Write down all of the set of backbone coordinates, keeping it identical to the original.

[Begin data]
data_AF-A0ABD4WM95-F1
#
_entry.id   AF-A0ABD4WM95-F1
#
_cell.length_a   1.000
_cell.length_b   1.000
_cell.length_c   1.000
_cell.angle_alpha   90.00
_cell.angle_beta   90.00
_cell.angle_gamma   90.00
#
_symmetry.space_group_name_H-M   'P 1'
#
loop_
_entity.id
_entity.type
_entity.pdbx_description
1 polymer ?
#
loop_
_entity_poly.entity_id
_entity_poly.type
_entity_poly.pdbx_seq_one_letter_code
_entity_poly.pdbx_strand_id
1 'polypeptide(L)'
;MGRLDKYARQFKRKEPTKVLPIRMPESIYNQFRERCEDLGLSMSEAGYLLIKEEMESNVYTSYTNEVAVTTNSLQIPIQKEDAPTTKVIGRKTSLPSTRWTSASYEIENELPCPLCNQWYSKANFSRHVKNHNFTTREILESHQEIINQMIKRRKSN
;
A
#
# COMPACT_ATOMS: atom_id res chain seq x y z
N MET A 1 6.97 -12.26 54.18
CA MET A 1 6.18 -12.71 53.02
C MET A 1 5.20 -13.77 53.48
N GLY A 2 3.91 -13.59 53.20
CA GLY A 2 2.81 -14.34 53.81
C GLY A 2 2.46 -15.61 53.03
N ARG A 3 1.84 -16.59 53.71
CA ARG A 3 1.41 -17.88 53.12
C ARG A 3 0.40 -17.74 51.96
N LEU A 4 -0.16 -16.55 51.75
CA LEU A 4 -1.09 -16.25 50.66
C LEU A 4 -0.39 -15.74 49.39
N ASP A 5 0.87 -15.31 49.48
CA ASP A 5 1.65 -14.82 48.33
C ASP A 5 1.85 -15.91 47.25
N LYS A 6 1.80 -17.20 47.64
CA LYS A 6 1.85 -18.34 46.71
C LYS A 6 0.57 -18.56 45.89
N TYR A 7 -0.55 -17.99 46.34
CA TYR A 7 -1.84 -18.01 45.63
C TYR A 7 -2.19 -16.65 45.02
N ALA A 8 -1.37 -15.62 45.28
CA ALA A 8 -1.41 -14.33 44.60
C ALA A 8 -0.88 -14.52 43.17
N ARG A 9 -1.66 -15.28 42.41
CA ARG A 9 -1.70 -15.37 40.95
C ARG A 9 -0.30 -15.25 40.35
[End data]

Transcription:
data_AF-A0ABD4WM95-F1
#
_entry.id   AF-A0ABD4WM95-F1
#
_cell.length_a   1.000
_cell.length_b   1.000
_cell.length_c   1.000
_cell.angle_alpha   90.00
_cell.angle_beta   90.00
_cell.angle_gamma   90.00
#
_symmetry.space_group_name_H-M   'P 1'
#
loop_
_entity.id
_entity.type
_entity.pdbx_description
1 polymer ?
#
loop_
_entity_poly.entity_id
_entity_poly.type
_entity_poly.pdbx_seq_one_letter_code
_entity_poly.pdbx_strand_id
1 'polypeptide(L)'
;MGRLDKYARQFKRKEPTKVLPIRMPESIYNQFRERCEDLGLSMSEAGYLLIKEEMESNVYTSYTNEVAVTTNSLQIPIQKEDAPTTKVIGRKTSLPSTRWTSASYEIENELPCPLCNQWYSKANFSRHVKNHNFTTREILESHQEIINQMIKRRKSN
;
A
#
# COMPACT_ATOMS: atom_id res chain seq x y z
N MET A 1 6.97 -12.26 54.18
CA MET A 1 6.18 -12.71 53.02
C MET A 1 5.20 -13.77 53.48
N GLY A 2 3.91 -13.59 53.20
CA GLY A 2 2.81 -14.34 53.81
C GLY A 2 2.46 -15.61 53.03
N ARG A 3 1.84 -16.59 53.71
CA ARG A 3 1.41 -17.88 53.12
C ARG A 3 0.40 -17.74 51.96
N LEU A 4 -0.16 -16.55 51.75
CA LEU A 4 -1.09 -16.25 50.66
C LEU A 4 -0.39 -15.74 49.39
N ASP A 5 0.87 -15.31 49.48
CA ASP A 5 1.65 -14.82 48.33
C ASP A 5 1.85 -15.91 47.25
N LYS A 6 1.80 -17.20 47.64
CA LYS A 6 1.85 -18.34 46.71
C LYS A 6 0.57 -18.56 45.89
N TYR A 7 -0.55 -17.99 46.34
CA TYR A 7 -1.84 -18.01 45.63
C TYR A 7 -2.19 -16.65 45.02
N ALA A 8 -1.37 -15.62 45.28
CA ALA A 8 -1.41 -14.33 44.60
C ALA A 8 -0.88 -14.52 43.17
N ARG A 9 -1.66 -15.28 42.41
CA ARG A 9 -1.70 -15.37 40.95
C ARG A 9 -0.30 -15.25 40.35